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Newest Portion Of Aztec Skull Tower Discovered Under Mexico City

Archeologists worked to dig out hidden civilizations in Mexico City, but they were not expecting to unearth another astounding yet frightening discovery this month. According to the National Institute of Anthropology and History (INAH), they discovered a massive pile of skulls arranged strategically in a tower formation.

Finding skulls is not exactly something new for the institute. Their team had been excavating in the area for the past five years. Due to this month’s discovery ten feet below the ground, the total number of skulls now reached 603.

Based on the institute’s report, people can find the discovery at the eastern facade of a large construction site known as the Huey Tzompantli that measures approximately 15 feet tall. The Smithsonian Magazine revealed that the tower’s diameter is about 16.4 feet.

INAH described the new excavation site as an amazing platform with a barrier that the Mexicas consecrated to the Aztec god, Huitzilopochtli.

At the moment, there were about seven “tzompantli” or “skull rack” in the area that used to be called Tenochtitlán, the capital city of the Aztec. The discovery reportedly dates back from 1486 to 1502, back when the government of the Tlatoani Ahuízotl was still in power. Sky News stated that the skulls are strategically arranged on top of each other in a circular pattern. The gaps were reportedly packed with mortar.

One of the first questions that come to mind after the discovery was how did the skulls get there in the first place. A story from BBC News explained that human sacrifices were common during the time of the Aztecs. At that time, the warriors may literally do everything possible to get the approval of the people in higher positions. According to archeologists, the skulls could be the victims that served as the “gifts for the gods.” They may also be considered as the deities personified.

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Reports also mentioned that some of the skulls belonged to women and children. According to a report from the Smithsonian Magazine, at least three of those craniums belong to kids. The particular age of the skulls was based on their size and the state of their teeth.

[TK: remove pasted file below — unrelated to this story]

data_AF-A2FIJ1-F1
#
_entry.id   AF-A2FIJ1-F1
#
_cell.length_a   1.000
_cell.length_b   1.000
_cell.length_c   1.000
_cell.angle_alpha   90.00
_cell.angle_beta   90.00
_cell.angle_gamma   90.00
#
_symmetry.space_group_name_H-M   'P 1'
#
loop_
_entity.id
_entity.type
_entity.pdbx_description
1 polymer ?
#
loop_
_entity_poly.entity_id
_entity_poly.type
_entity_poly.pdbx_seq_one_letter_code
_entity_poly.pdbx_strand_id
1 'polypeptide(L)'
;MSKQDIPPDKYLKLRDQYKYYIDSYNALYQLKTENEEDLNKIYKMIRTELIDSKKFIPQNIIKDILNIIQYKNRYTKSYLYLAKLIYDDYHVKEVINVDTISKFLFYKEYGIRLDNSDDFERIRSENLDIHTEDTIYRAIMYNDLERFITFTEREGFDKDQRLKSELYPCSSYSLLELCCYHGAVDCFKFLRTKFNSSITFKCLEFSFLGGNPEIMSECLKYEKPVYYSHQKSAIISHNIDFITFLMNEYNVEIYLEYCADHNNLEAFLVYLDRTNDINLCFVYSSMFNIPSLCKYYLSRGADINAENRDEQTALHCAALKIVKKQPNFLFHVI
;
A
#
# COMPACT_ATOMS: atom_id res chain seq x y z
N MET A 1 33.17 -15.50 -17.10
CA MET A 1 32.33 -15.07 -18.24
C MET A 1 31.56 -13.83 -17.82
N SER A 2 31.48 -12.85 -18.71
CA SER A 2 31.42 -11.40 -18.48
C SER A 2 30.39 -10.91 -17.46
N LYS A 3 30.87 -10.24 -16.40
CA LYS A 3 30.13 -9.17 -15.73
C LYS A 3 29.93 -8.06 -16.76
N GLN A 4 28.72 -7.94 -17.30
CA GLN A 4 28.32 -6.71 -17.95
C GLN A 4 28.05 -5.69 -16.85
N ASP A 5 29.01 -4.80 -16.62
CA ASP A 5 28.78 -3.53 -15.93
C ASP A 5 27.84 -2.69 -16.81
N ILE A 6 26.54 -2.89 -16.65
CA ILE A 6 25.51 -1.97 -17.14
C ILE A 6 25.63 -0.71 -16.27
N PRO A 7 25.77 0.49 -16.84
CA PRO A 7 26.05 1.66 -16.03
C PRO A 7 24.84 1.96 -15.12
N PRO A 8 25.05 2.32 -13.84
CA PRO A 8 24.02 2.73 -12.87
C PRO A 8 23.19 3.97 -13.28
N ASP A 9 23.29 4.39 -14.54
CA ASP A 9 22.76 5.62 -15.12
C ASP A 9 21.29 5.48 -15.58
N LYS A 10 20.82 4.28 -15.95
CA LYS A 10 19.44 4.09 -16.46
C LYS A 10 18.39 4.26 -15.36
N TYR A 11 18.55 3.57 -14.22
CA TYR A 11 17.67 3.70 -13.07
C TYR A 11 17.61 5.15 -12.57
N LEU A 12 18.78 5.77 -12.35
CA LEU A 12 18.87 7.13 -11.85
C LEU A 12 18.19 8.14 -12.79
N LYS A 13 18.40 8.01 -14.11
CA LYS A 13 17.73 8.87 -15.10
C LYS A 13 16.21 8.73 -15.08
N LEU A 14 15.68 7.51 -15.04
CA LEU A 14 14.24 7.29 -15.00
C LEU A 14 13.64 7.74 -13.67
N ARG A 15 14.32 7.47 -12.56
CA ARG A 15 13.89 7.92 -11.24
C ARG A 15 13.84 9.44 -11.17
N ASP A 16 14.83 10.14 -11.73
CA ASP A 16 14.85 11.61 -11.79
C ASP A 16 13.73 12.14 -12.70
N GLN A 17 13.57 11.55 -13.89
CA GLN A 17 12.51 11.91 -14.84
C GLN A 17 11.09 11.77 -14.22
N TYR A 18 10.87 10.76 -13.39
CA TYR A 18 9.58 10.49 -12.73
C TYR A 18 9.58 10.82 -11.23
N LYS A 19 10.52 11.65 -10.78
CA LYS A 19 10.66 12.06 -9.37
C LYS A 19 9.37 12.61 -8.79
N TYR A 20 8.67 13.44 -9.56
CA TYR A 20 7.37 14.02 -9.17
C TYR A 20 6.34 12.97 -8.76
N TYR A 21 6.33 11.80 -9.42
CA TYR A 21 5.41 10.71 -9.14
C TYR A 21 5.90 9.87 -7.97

Some people also believe that the heads of the people used to be placed on poles before they got installed in the Huey Tzompantli. They have possibly inserted through the edge and fused together with lime. The report also noted that the sizes of the skulls widen as they go higher in a pile. However, the item that was supposed to be in the middle of the circle remains a mystery since the arrangement formed in the eastern facade is not typical.

In an interview with BBC, Mexican Culture Minister Alejandra Frausto described the skull tower as one of the most impressive archaeological discoveries in the country during the past years.

While the discovery may not look pleasing to the eyes, the Huey Tzompantli played a significant role in the community since it can please their gods and guarantee a better fortune. Today, it allows spectators to have a glimpse of the customs and traditions of the ancient culture.

The archeologists also discovered another sacred Aztec spectacle called the Templo Mayor ruins. This temple was allegedly established to honor the god of war, Huitzilopochtli, and the god of rain, Tlaloc. Today, the site hosts the Metropolitan Cathedral.

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Riley Brown
Written By

Riley is a history, lifestyle, and entertainment writer living in San Diego. He received his bachelor's degree in Journalism and Multimedia from the University of Oregon. His work has been featured in many finance and lifestyle publications throughout the US. When he is not writing, Riley enjoys reading and hanging out at the beach with his dog.


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